Did this book keep me entertained while it lasted? Yes. Would I read it again? Probably not. I am sure there are a ton of people who would really like this book but there are others out there that have pulled me in more.

Not bad but not my favorite. This one gets a grudging three stars from me.

That’s all for now!


Our Dark Duet

Our Dark Duet by Victoria Schwab is the sequel to This Savage Song, a YA urban fantasy duology.

After escaping their own personal evils, Kate Harker and August Flynn went their separate ways. Kate, left Verity and joined a group of college rebels called the Warden’s, attempting to keep Prosperity safe from ending up like Verity–awash in monsters. August, has become the leader of the FTA, taking on Leo’s role as warrior and losing much of his humanity in the process. August fights to keep the monsters of Verity out of their side of the city and win the war.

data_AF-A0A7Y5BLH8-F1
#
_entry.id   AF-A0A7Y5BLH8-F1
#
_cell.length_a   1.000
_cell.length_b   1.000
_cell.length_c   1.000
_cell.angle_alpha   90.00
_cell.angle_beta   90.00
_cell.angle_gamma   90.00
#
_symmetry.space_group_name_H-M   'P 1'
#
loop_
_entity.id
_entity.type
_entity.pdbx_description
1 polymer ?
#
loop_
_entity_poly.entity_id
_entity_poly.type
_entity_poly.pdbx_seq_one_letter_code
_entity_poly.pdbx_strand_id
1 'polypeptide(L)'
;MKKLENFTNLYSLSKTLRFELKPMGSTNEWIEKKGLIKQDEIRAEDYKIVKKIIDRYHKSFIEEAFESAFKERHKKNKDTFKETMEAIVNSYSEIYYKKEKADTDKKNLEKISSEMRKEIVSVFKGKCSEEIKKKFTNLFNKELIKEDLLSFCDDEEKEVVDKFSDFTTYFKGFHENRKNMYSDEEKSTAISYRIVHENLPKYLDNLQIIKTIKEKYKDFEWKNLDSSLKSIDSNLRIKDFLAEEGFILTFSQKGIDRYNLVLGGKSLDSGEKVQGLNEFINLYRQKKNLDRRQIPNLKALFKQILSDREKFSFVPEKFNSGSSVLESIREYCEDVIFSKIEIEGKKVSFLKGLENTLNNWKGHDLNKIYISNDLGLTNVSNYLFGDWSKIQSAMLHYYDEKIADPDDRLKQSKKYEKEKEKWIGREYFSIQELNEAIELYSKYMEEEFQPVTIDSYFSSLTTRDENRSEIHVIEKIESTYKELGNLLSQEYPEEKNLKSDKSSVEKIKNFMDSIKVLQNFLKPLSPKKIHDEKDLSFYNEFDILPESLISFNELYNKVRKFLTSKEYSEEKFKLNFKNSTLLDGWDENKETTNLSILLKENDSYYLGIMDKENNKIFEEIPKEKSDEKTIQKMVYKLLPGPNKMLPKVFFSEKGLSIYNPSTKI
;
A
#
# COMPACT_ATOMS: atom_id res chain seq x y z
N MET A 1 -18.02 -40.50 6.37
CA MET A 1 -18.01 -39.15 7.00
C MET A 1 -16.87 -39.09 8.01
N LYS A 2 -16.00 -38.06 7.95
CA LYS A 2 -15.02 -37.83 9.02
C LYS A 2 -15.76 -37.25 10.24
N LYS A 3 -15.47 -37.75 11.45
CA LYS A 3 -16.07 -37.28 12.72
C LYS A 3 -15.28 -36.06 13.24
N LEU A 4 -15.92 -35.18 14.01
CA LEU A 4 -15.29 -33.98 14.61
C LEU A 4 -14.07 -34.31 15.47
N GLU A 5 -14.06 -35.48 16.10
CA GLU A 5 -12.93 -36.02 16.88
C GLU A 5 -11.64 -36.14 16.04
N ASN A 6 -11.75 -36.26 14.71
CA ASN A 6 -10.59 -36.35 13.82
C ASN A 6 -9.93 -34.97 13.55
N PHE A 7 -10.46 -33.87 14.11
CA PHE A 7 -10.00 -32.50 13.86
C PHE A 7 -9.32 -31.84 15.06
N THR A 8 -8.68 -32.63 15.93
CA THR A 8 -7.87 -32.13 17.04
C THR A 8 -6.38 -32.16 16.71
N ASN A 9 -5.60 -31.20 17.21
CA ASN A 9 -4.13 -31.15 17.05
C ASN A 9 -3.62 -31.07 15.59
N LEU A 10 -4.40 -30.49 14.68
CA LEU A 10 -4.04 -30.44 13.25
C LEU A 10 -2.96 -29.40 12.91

But a new evil that thrives on chaos will bring Kate back to Verity, to August and the monsters waiting both within and without. Can August and Kate overcome their difference, their inner demons, and win the war?

Ultimately, this was a satisfying conclusion to a good duology. I am glad Schwab didn’t pull any punches when she wrote this one. This book is promoted as a dark urban fantasy and I think this definitely gets delivered.

I did really enjoy this world of monsters and mayhem. I love this idea of having to face your own evil; that your acts cause actual repercussions in the form of monsters. The fact that you have to actually fight your inner demons is just awesome.

The ending was the highlight of this book. It was just fantastic, they way Schwab pulls at our emotions and yet it feels so right, like the book couldn’t have ended in any other way.